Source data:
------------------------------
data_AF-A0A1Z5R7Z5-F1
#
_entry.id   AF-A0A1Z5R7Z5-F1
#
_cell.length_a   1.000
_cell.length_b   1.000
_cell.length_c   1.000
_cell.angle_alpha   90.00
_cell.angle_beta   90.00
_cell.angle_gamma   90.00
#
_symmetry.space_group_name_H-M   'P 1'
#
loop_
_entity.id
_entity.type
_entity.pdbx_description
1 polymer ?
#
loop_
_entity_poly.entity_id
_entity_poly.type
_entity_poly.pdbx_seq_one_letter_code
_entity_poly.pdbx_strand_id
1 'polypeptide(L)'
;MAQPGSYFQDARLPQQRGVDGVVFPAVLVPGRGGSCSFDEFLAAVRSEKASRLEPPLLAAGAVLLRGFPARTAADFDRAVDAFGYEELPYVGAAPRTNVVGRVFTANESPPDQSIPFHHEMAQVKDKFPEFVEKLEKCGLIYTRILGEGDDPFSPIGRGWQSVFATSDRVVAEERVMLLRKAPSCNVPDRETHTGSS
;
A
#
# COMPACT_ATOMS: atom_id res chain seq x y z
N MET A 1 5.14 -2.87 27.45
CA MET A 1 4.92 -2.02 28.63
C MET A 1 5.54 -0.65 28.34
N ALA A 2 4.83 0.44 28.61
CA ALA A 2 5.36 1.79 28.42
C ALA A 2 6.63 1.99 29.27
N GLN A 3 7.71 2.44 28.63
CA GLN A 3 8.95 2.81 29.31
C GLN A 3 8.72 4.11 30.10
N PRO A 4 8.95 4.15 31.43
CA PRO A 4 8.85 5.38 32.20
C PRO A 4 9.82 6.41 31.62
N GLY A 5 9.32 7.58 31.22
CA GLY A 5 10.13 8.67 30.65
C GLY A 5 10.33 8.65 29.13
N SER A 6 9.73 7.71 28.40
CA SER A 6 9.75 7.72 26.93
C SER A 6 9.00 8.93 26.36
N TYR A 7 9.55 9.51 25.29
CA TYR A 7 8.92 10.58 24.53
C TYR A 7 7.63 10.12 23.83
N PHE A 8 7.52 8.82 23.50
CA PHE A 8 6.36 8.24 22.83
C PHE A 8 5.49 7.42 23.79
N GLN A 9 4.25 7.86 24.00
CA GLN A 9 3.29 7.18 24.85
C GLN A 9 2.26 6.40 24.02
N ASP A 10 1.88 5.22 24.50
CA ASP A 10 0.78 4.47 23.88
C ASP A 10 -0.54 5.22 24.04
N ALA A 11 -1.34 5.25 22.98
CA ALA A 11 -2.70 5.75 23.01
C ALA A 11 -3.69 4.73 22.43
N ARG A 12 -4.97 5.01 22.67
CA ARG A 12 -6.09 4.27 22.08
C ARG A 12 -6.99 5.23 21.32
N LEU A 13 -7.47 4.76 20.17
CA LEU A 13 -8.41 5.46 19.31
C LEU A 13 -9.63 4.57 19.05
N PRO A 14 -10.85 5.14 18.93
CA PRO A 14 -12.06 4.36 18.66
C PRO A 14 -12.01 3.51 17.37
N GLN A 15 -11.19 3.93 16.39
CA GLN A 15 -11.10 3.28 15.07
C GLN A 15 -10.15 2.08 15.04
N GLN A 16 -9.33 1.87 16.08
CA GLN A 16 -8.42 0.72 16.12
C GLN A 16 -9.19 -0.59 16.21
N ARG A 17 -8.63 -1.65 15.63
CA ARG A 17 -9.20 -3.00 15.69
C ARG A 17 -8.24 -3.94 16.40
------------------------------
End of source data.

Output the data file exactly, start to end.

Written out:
data_AF-A0A1Z5R7Z5-F1
#
_entry.id   AF-A0A1Z5R7Z5-F1
#
_cell.length_a   1.000
_cell.length_b   1.000
_cell.length_c   1.000
_cell.angle_alpha   90.00
_cell.angle_beta   90.00
_cell.angle_gamma   90.00
#
_symmetry.space_group_name_H-M   'P 1'
#
loop_
_entity.id
_entity.type
_entity.pdbx_description
1 polymer ?
#
loop_
_entity_poly.entity_id
_entity_poly.type
_entity_poly.pdbx_seq_one_letter_code
_entity_poly.pdbx_strand_id
1 'polypeptide(L)'
;MAQPGSYFQDARLPQQRGVDGVVFPAVLVPGRGGSCSFDEFLAAVRSEKASRLEPPLLAAGAVLLRGFPARTAADFDRAVDAFGYEELPYVGAAPRTNVVGRVFTANESPPDQSIPFHHEMAQVKDKFPEFVEKLEKCGLIYTRILGEGDDPFSPIGRGWQSVFATSDRVVAEERVMLLRKAPSCNVPDRETHTGSS
;
A
#
# COMPACT_ATOMS: atom_id res chain seq x y z
N MET A 1 5.14 -2.87 27.45
CA MET A 1 4.92 -2.02 28.63
C MET A 1 5.54 -0.65 28.34
N ALA A 2 4.83 0.44 28.61
CA ALA A 2 5.36 1.79 28.42
C ALA A 2 6.63 1.99 29.27
N GLN A 3 7.71 2.44 28.63
CA GLN A 3 8.95 2.81 29.31
C GLN A 3 8.72 4.11 30.10
N PRO A 4 8.95 4.15 31.43
CA PRO A 4 8.85 5.38 32.20
C PRO A 4 9.82 6.41 31.62
N GLY A 5 9.32 7.58 31.22
CA GLY A 5 10.13 8.67 30.65
C GLY A 5 10.33 8.65 29.13
N SER A 6 9.73 7.71 28.40
CA SER A 6 9.75 7.72 26.93
C SER A 6 9.00 8.93 26.36
N TYR A 7 9.55 9.51 25.29
CA TYR A 7 8.92 10.58 24.53
C TYR A 7 7.63 10.12 23.83
N PHE A 8 7.52 8.82 23.50
CA PHE A 8 6.36 8.24 22.83
C PHE A 8 5.49 7.42 23.79
N GLN A 9 4.25 7.86 24.00
CA GLN A 9 3.29 7.18 24.85
C GLN A 9 2.26 6.40 24.02
N ASP A 10 1.88 5.22 24.50
CA ASP A 10 0.78 4.47 23.88
C ASP A 10 -0.54 5.22 24.04
N ALA A 11 -1.34 5.25 22.98
CA ALA A 11 -2.70 5.75 23.01
C ALA A 11 -3.69 4.73 22.43
N ARG A 12 -4.97 5.01 22.67
CA ARG A 12 -6.09 4.27 22.08
C ARG A 12 -6.99 5.23 21.32
N LEU A 13 -7.47 4.76 20.17
CA LEU A 13 -8.41 5.46 19.31
C LEU A 13 -9.63 4.57 19.05
N PRO A 14 -10.85 5.14 18.93
CA PRO A 14 -12.06 4.36 18.66
C PRO A 14 -12.01 3.51 17.37
N GLN A 15 -11.19 3.93 16.39
CA GLN A 15 -11.10 3.28 15.07
C GLN A 15 -10.15 2.08 15.04
N GLN A 16 -9.33 1.87 16.08
CA GLN A 16 -8.42 0.72 16.12
C GLN A 16 -9.19 -0.59 16.21
N ARG A 17 -8.63 -1.65 15.63
CA ARG A 17 -9.20 -3.00 15.69
C ARG A 17 -8.24 -3.94 16.40